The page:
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PowerWall Cold Start without Grid Power

Discussion in 'Tesla Energy' started by Cottonwood, Apr 7, 2018.

  1. MorrisonHiker

    MorrisonHiker S 100D 2020.8.2

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    I'll try turning all the breakers off except the Powerwalls and see if I can get them charged up and keep the solar system running before I turn anything else back on. Fortunately the gateway also had a cellular connection so I can monitor what's going on.

    Someone from Tesla is coming by before noon. Hopefully I can get things working before the pipes freeze in the radiators. That happened once before and is one of the reasons we got solar and Powerwalls installed!
     
  2. mongo

    mongo Well-Known Member

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    Do you happen to have a naturally vented gas water heater you can use as a heat source?
     
  3. MorrisonHiker

    MorrisonHiker S 100D 2020.8.2

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    The water heater/boiler is naturally vented but relies on electrically operated control valves. I didn't see a way to turn them on manually. We do have a natural gas fireplace on the main floor which keeps that floor and the upper floor from getting too cold. Now I'm thinking we might need to put one in the walkout basement as well.
     
  4. mongo

    mongo Well-Known Member

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    Gotcha, combined system.
    My first house was in an area with rapid housing expansion that overloaded the grid, found all the ways to make heat without electricity.
    Depending on load, can you run the boiler on a 12V battery and inverter?
     
  5. MorrisonHiker

    MorrisonHiker S 100D 2020.8.2

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    #45 MorrisonHiker, Mar 15, 2019
    Last edited: Mar 15, 2019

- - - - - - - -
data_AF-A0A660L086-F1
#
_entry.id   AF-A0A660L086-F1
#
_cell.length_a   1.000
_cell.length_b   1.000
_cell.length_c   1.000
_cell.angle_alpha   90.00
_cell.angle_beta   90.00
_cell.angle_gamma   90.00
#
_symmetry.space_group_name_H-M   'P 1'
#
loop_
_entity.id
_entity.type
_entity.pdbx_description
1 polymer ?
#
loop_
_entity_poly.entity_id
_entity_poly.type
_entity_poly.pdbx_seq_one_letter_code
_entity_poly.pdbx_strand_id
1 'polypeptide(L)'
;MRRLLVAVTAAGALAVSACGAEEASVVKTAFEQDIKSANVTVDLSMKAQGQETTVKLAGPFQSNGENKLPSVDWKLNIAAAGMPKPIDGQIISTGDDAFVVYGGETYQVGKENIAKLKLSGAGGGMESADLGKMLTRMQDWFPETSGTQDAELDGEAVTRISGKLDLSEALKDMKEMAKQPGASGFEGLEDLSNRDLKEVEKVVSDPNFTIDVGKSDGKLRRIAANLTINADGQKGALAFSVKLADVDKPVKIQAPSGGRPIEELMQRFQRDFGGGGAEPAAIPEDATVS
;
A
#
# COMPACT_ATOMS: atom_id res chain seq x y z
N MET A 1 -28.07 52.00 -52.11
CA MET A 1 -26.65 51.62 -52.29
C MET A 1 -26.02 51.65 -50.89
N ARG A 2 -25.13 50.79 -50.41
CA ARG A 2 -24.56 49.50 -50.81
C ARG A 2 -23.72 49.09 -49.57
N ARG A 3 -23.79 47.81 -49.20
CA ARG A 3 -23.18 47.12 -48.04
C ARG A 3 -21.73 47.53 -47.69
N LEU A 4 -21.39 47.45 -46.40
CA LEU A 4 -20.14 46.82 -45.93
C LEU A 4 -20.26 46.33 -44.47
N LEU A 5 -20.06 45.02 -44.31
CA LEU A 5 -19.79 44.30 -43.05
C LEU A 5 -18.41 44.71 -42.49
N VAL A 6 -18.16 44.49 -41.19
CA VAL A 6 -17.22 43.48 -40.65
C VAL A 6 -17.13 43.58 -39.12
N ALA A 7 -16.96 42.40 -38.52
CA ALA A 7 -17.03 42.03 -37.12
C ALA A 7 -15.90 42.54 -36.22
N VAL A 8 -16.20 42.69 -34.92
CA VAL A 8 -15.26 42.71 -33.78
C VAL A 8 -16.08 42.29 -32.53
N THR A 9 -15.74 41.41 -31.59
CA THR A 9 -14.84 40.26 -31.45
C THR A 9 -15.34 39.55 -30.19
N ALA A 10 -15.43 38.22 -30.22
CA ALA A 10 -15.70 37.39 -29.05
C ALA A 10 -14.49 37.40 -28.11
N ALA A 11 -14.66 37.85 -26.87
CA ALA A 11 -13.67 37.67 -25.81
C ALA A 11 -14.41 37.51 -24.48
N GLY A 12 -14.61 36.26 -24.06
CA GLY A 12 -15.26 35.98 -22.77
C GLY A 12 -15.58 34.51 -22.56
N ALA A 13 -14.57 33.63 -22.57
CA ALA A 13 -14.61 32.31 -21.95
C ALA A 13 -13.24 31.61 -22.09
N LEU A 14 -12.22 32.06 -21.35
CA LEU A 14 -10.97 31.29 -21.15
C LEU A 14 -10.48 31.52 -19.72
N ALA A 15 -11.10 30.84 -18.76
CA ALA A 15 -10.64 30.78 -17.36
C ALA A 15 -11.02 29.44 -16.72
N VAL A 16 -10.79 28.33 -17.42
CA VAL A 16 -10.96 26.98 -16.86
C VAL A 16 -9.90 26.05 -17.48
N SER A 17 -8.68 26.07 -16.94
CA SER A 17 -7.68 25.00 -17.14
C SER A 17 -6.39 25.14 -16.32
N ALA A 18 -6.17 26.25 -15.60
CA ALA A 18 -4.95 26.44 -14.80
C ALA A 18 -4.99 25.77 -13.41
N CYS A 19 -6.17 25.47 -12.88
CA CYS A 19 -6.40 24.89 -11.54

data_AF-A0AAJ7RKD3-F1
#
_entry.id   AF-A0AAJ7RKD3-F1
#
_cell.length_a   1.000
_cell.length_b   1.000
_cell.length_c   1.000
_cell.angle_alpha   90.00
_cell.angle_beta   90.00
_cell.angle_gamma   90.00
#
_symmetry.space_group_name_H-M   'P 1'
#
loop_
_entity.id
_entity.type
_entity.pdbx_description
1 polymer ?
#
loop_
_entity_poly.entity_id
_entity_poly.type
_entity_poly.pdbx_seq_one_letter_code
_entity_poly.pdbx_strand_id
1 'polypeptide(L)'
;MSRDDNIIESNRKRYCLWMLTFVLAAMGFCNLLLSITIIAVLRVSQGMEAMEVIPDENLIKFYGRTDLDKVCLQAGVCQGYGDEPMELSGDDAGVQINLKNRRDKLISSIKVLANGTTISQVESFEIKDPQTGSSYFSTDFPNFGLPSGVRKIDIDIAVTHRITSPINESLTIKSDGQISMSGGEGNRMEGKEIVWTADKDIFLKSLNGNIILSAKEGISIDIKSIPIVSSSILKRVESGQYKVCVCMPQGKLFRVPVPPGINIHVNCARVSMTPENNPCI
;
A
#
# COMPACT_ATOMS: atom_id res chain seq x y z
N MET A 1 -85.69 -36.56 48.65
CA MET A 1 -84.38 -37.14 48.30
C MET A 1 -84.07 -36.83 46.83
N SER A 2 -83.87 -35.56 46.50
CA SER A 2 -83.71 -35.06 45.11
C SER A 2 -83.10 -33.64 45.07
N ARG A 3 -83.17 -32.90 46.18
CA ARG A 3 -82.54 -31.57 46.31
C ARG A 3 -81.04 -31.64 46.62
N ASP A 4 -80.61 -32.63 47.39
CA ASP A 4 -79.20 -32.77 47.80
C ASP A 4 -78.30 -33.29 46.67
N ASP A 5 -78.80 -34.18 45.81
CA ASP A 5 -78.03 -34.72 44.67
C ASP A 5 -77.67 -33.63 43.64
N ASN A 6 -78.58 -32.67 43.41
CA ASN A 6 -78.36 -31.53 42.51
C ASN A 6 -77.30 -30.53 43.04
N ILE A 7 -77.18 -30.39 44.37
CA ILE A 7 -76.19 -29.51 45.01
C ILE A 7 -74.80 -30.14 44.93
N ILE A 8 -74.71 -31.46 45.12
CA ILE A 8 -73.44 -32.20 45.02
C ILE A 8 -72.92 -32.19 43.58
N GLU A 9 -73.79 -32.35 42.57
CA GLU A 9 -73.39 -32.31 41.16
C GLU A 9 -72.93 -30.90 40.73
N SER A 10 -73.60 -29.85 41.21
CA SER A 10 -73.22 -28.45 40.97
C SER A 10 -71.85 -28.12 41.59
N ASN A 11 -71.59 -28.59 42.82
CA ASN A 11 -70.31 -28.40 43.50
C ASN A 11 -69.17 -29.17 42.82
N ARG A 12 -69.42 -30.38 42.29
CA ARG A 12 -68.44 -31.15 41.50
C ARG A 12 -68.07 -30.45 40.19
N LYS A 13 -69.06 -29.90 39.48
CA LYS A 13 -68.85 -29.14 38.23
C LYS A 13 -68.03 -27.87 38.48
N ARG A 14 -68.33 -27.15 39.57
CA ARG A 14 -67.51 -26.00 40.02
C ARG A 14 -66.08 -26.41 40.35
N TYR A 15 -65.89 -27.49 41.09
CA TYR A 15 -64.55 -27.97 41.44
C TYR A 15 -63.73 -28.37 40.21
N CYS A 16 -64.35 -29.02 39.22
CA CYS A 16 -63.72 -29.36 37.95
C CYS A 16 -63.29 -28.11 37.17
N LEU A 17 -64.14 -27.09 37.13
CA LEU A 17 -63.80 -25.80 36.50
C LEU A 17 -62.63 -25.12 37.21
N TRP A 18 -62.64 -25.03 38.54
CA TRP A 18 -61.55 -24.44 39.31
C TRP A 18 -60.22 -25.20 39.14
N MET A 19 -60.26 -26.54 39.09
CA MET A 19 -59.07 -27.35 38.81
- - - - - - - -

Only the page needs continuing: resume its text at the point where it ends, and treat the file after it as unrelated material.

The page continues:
That might be possible but I'd have to get an HVAC guy out to show me.
     
  6. MorrisonHiker

    MorrisonHiker S 100D 2020.8.2

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    I have that a go but still no dice. The sun came up and I turned off all breakers to the house. I turned one of the Powerwalls off for a second to reset things and then turned on one inverter. It instantly synchronized and ran for a couple minutes and produced 30W at about 1800W before it reported External Events and then went back to trying to synchronize. I tried the smaller arrays too but got similar results. I'm going to wait a few minutes before checking again but it's 8 degrees F with the windchill today. Totally sunny though so if we can get it working, we should be able to charge the Powerwalls in a few hours.
     
  7. mongo

    mongo Well-Known Member

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    Gotcha, it is not the simplest (or even necessarily a good idea) to repower an appliance.
     
  8. abasile

    abasile Conscientious investor

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    One way or another, I hope that you will be able to power your house soon! I can understand the frustration of having a technological solution for your exact situation, and having it fail just when you need it. Hopefully, Tesla can work out the bugs soon. Elon did say last night, among other things, that 2019 will be the year of the Powerwall. We still have a Tesla visit scheduled for later this month to investigate our Powerwalls' failure to charge from solar during grid outages.
     
  9. MorrisonHiker

    MorrisonHiker S 100D 2020.8.2

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    The sad thing is that is Storm Watch had activated, we would've had 100 percent and made it until this morning or this afternoon. Since we had plenty of sun yesterday and today, I think they would've been able to charge if they were above the magical 5% {at least according to what others have said}.

    We did tweet Elon about Storm Watch and he said they would change it soon to work for blizzards and other severe weather. Hard to believe they had it set to activate for high winds but not for blizzards which are high winds and snow combined!